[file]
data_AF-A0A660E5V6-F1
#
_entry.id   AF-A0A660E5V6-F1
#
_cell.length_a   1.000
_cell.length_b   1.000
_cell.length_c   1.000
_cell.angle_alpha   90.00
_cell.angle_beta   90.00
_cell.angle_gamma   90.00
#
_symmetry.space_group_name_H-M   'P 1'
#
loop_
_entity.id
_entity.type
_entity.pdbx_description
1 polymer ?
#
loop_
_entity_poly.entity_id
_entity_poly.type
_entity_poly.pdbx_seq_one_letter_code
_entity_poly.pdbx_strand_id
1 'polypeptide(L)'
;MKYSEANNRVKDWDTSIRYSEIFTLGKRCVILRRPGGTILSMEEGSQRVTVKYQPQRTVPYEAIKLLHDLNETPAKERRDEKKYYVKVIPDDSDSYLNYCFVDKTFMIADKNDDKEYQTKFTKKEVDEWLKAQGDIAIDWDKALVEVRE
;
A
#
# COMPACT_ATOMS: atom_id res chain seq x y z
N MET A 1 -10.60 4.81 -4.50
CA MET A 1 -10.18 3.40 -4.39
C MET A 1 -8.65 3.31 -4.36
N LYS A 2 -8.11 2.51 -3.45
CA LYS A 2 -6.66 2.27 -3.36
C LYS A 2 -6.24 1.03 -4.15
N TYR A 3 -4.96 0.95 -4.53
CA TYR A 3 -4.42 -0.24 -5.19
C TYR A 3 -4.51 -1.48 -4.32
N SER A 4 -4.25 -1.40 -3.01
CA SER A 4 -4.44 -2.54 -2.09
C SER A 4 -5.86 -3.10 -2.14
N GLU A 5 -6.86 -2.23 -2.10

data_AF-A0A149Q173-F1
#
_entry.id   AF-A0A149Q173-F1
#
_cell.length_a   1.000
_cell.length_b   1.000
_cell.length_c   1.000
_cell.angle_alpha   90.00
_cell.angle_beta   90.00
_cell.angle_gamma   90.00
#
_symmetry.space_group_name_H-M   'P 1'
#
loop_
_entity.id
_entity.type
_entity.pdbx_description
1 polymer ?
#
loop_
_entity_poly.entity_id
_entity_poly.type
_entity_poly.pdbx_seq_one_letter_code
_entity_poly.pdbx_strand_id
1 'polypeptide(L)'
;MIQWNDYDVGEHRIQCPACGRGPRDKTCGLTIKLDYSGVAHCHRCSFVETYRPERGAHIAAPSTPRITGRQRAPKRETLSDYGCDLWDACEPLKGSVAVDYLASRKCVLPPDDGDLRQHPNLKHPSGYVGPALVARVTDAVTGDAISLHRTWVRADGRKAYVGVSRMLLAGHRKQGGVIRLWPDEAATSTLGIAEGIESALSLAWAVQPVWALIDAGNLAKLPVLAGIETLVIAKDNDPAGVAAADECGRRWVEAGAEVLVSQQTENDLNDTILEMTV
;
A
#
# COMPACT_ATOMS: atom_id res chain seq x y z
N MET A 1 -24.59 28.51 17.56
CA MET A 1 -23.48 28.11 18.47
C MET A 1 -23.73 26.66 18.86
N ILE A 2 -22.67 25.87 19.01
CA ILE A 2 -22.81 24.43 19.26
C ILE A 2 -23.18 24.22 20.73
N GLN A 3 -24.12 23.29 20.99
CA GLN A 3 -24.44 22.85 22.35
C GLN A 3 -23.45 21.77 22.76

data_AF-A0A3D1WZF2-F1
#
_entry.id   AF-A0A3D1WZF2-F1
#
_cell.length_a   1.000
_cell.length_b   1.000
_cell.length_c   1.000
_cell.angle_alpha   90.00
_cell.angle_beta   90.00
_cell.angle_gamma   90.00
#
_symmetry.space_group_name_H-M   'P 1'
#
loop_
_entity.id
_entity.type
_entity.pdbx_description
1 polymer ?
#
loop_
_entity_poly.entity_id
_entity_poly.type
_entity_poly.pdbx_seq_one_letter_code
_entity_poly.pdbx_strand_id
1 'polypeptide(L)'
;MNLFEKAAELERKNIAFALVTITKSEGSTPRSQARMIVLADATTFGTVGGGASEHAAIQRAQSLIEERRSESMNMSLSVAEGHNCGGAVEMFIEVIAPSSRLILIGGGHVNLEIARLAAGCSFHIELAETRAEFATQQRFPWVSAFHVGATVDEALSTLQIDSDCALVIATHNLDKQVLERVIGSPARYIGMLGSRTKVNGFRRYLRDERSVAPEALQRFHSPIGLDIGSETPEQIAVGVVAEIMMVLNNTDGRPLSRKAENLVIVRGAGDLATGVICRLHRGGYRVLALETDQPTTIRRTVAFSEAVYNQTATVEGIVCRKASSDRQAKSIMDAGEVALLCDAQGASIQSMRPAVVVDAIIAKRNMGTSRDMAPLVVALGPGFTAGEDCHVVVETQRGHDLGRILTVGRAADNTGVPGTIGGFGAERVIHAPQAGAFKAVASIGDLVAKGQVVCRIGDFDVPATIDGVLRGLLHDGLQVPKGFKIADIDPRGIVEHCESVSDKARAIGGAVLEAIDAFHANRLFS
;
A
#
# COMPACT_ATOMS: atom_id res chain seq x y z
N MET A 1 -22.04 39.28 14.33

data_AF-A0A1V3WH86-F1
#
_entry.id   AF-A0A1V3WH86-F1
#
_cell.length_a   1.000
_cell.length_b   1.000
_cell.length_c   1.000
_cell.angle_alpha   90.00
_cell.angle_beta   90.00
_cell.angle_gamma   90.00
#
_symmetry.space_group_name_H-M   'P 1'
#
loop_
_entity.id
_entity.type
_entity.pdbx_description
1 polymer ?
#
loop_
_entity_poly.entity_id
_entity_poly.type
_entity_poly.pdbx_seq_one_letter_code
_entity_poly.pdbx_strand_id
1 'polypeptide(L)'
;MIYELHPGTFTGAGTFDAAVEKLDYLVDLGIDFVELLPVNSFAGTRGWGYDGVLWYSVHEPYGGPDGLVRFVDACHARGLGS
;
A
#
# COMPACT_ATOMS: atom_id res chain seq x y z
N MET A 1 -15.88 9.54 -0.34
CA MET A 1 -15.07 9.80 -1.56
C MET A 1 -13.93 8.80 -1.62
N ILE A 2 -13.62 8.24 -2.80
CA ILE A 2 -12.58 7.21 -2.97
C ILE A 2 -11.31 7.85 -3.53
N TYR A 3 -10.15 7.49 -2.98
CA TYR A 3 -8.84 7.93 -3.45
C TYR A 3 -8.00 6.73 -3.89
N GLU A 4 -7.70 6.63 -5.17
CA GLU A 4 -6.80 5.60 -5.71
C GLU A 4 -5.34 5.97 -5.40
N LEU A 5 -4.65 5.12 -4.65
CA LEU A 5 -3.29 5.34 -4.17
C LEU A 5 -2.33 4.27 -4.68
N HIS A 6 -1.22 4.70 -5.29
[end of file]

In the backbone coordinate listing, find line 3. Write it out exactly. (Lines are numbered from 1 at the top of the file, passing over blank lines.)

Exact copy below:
_entry.id   AF-A0A660E5V6-F1